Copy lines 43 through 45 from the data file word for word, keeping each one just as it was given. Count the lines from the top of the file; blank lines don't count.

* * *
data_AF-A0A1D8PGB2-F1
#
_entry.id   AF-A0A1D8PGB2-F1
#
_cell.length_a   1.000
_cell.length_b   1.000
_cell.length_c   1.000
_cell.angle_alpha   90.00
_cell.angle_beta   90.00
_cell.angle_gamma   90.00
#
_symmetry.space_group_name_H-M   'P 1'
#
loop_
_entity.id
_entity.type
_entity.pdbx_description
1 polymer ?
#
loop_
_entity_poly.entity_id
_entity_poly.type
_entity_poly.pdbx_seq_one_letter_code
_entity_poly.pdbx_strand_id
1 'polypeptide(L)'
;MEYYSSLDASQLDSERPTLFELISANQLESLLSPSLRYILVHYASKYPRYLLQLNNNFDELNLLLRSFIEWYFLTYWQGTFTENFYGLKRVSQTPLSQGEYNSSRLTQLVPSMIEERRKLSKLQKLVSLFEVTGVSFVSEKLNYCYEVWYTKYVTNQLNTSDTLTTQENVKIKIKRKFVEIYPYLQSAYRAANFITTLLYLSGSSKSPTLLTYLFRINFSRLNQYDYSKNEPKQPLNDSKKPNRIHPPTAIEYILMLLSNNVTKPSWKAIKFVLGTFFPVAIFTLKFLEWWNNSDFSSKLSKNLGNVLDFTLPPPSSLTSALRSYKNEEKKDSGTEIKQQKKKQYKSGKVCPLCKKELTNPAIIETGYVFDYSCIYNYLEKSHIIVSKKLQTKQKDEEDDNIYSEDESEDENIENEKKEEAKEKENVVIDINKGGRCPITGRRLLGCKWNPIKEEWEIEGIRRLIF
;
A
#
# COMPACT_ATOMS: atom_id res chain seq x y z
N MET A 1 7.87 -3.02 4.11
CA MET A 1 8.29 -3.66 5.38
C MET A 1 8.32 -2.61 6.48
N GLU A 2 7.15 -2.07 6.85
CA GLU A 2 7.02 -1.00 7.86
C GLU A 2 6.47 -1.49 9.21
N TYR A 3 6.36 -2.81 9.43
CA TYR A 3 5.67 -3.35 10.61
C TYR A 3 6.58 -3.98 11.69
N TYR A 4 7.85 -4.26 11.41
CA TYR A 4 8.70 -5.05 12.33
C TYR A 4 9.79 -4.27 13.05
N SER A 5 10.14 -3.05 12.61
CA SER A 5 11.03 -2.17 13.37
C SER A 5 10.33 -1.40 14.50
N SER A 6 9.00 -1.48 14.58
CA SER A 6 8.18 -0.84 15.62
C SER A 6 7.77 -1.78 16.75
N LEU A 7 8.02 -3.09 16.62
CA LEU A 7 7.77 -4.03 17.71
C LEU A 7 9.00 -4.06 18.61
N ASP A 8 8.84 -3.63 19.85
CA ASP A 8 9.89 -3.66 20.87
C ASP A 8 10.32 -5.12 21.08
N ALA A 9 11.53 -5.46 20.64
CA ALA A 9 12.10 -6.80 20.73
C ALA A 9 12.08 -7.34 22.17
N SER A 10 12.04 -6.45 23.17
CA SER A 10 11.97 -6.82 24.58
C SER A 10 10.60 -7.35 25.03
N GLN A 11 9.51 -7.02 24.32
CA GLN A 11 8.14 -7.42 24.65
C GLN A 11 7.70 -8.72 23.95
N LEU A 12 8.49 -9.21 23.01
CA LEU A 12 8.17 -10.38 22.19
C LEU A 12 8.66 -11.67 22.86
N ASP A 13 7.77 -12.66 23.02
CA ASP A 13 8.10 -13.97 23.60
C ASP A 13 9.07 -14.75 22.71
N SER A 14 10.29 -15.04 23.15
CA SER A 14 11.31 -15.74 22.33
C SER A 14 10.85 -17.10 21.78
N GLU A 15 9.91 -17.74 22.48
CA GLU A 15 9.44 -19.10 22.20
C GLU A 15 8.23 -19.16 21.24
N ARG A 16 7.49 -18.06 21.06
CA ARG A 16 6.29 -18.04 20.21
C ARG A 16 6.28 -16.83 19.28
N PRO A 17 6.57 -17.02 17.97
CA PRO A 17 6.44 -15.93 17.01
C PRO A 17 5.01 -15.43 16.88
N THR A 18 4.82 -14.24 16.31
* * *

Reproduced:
N SER A 5 10.14 -3.05 12.61
CA SER A 5 11.03 -2.17 13.37
C SER A 5 10.33 -1.40 14.50